PLOT: A woman, Abby, is brought to her girlfriend Harper’s family house for Christmas, only to discover she’s been hiding a rather huge secret from the rest of her seemingly well-off family.
REVIEW: In more ways than can fill a stocking over the fireplace, director Clea DuVall’s HAPPIEST SEASON deserves its place on the mantle alongside some of the most revered holiday classics. Aside from being ugly-laugh funny and featuring one of the best ensembles of the year, DuVall and her team have broken down a barrier in the genre by crafting a mainstream, gay Christmas movie that feels most special when it’s both deeply romantic or dissecting what it means to be part of a family that is far from the perfect picture plastered on that year’s Christmas card.
Granted, it’s not that other Christmas-set movies haven’t used the dysfunctional family structure to ultimately get to a tender message about general tenderness and what the holidays really mean — usually something about family and whatnot. Rather, what DuVall and co-writer Mary Holland avoid with their story is the half-hearted sentimentality and over-the-top chaos that stops many others in the genre from – while admittedly offering something undemanding and often pleasant – genuinely getting to the root of something meaningful. By centering the movie on couple Harper (Mackenzie Davis) and Abby (Kristen Stewart), they not only provide a dynamic that’s incredibly refreshing, but they then use it to set the stage for a story that explores familiar themes of family and togetherness, and how toxicity can pervade any family structure and force its members to become people they’re not. It very quickly, and executed with clarity and vision, dives into the ugly (but still sometimes hilarious) side of family, and in the case of the love story between Abby and Harper, what it means to join one and feel a sense of otherness in the process.
That sense of otherness is explored most directly via Abby, who is madly in love with the confident, adventurous, Christmas-loving Harper, who brings her to spend the holidays with her wealthy family. Making matters complicated beyond an awkward family dinner is the fact Harper has not come out to her family yet and doesn’t tell Abby this until they’re already in the car and miles down the road. With Harper avoiding coming out to her family so as to not interfere with her father’s (Victor Garber) mayoral campaign — and we soon learn for many other reasons — Abby has to sit on the sidelines and come face to face with a side of Harper she’s never seen before. Less the care-free woman she fell in love with, the façade Harper puts on begins to mirror more of her family’s, all of whom are all a different variety of intense, like her controlling mother, Tipper (Mary Steenburgen), her uptight, uber-competitive sister, Sloane (Alison Brie), and her other, hilariously manic sister, Jane (Holland).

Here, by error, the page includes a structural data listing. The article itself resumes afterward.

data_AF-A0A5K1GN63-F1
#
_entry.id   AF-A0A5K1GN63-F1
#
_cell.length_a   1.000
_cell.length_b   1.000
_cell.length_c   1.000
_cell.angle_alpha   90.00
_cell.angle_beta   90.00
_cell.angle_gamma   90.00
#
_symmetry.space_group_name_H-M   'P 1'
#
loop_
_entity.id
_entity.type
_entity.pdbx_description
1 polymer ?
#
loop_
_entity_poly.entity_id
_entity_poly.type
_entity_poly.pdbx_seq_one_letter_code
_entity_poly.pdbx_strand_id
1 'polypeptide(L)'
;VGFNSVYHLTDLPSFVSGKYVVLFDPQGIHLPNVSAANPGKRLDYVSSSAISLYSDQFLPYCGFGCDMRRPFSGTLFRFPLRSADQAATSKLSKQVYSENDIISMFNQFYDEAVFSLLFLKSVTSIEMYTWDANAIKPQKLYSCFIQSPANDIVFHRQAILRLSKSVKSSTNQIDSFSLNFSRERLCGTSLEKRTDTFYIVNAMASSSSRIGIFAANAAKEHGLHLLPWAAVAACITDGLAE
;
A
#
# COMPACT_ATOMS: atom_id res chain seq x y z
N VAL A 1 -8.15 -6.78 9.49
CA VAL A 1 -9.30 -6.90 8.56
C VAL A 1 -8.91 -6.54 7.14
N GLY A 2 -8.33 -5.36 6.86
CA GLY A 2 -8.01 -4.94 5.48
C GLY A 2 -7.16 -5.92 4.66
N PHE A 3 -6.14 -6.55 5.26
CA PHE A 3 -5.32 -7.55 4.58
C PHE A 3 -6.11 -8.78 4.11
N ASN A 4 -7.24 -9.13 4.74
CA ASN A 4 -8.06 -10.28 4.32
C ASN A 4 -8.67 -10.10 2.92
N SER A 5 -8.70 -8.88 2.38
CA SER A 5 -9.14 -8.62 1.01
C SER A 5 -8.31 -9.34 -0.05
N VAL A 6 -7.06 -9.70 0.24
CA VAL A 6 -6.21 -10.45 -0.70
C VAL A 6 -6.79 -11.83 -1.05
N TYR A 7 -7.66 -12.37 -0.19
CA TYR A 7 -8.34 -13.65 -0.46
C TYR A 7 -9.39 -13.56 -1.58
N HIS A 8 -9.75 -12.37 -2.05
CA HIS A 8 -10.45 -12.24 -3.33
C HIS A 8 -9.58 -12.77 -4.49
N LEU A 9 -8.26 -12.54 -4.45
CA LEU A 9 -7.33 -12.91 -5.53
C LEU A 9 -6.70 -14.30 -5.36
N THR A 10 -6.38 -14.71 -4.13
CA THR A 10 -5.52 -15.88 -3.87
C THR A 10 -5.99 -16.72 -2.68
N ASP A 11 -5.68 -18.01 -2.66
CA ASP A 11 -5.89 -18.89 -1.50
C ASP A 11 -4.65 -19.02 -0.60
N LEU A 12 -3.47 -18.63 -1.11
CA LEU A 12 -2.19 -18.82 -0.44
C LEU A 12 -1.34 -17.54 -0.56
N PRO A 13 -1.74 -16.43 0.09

With an excellent script and talented cast in tow, DuVall as director weaves between the complexities of every character to paint a full-bodied portrait of this very flawed family. Working with Stewart to craft a warm, confused, relatable character who is being forced to reckon with becoming part of a family that may never accept her — or their own daughter/sister, for that matter — as well as being with a partner who seems to be embarrassed by revealing their true nature to her family. While it certainly feels like Abby’s journey, for the most part, DuVall did an exceptional job working with the cast to make them fully fleshed out and that every ounce of their interweaving dynamics feels worthwhile to the story. That goes not only for small moments where Steenburgen’s Tipper can let the cracks in her elegant demeanor show, or for the moments when Brie’s Sloane can show her insecurity towards Harper’s placement in her father’s life, but also for the much-needed sense of humor from Holland’s Jane, who by being so unabashedly odd and bursting with creativity she can’t help but be the most lovable person in the family, despite being the most overlooked among them.